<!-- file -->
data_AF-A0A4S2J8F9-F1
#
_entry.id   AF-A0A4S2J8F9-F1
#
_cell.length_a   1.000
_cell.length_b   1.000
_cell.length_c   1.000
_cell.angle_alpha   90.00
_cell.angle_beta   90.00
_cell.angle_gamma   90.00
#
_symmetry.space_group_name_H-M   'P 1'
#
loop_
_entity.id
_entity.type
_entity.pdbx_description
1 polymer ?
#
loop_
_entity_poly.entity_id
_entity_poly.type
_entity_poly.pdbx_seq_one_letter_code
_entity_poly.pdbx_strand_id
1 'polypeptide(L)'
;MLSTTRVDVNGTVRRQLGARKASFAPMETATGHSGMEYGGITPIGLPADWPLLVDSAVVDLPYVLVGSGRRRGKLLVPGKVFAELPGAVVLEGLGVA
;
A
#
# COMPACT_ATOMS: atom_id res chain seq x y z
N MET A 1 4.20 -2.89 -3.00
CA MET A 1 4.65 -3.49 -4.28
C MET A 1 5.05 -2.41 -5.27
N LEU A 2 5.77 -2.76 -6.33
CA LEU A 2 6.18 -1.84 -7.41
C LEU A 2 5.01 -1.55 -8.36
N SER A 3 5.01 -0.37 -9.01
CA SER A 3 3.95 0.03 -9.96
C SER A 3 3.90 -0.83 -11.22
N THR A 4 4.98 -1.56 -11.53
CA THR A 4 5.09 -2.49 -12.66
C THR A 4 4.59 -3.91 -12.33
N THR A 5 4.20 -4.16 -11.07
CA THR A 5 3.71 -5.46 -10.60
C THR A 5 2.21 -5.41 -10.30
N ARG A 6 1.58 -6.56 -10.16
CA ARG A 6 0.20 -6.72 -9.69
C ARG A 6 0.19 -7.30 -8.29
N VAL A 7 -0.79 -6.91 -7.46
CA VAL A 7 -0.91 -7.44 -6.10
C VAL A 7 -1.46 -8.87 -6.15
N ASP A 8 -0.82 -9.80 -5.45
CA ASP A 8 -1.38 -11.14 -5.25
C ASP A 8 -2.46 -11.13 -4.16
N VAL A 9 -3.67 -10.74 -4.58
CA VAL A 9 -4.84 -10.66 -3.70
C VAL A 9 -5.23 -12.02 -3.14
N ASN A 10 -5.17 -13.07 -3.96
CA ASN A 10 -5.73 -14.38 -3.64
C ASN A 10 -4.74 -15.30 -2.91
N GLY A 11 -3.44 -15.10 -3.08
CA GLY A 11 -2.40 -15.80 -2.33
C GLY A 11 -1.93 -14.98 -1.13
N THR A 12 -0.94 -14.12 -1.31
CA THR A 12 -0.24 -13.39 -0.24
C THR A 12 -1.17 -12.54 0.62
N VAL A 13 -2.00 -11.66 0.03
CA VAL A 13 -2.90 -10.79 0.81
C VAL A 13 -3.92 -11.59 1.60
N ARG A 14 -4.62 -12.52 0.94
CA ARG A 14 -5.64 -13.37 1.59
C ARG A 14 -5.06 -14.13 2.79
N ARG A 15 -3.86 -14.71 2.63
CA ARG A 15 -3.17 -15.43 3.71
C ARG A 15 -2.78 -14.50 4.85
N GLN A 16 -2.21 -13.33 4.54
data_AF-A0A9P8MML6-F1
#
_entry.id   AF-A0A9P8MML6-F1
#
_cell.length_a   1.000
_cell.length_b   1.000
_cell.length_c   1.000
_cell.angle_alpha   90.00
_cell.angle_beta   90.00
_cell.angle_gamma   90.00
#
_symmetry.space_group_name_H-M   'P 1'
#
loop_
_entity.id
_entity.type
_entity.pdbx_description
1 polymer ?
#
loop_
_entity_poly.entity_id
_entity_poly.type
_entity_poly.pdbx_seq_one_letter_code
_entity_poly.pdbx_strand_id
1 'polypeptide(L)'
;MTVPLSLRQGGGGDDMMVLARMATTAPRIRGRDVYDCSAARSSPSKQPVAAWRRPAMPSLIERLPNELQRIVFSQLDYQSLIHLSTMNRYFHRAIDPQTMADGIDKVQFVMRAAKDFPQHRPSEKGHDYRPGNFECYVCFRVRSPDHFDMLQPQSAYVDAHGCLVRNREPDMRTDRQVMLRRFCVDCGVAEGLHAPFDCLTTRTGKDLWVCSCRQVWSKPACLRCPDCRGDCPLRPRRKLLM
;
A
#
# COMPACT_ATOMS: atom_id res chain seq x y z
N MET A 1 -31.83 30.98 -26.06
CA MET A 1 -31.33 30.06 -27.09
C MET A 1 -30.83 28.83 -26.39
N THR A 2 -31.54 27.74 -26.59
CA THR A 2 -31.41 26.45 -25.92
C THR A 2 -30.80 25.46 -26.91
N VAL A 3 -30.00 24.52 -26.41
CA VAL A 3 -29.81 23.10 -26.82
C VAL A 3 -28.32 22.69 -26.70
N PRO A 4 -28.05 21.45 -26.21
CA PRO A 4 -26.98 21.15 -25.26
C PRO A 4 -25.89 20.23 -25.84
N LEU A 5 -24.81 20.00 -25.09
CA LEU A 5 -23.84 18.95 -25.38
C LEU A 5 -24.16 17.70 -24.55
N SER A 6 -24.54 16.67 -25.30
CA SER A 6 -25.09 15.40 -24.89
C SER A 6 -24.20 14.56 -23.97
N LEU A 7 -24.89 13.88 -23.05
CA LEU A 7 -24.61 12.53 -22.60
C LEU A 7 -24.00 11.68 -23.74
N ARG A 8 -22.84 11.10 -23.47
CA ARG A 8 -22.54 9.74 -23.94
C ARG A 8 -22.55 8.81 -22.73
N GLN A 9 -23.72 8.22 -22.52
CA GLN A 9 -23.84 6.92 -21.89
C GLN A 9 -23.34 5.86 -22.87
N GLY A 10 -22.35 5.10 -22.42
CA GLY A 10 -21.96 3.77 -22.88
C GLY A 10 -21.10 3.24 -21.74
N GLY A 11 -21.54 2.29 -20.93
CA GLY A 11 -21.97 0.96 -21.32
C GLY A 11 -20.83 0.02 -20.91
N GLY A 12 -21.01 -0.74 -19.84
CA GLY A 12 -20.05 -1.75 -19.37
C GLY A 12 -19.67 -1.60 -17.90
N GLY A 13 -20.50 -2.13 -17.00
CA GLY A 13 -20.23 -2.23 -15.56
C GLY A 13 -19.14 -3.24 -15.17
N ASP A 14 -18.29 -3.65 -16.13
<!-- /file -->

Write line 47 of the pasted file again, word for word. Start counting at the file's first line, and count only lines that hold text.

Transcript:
CA ARG A 6 0.20 -6.72 -9.69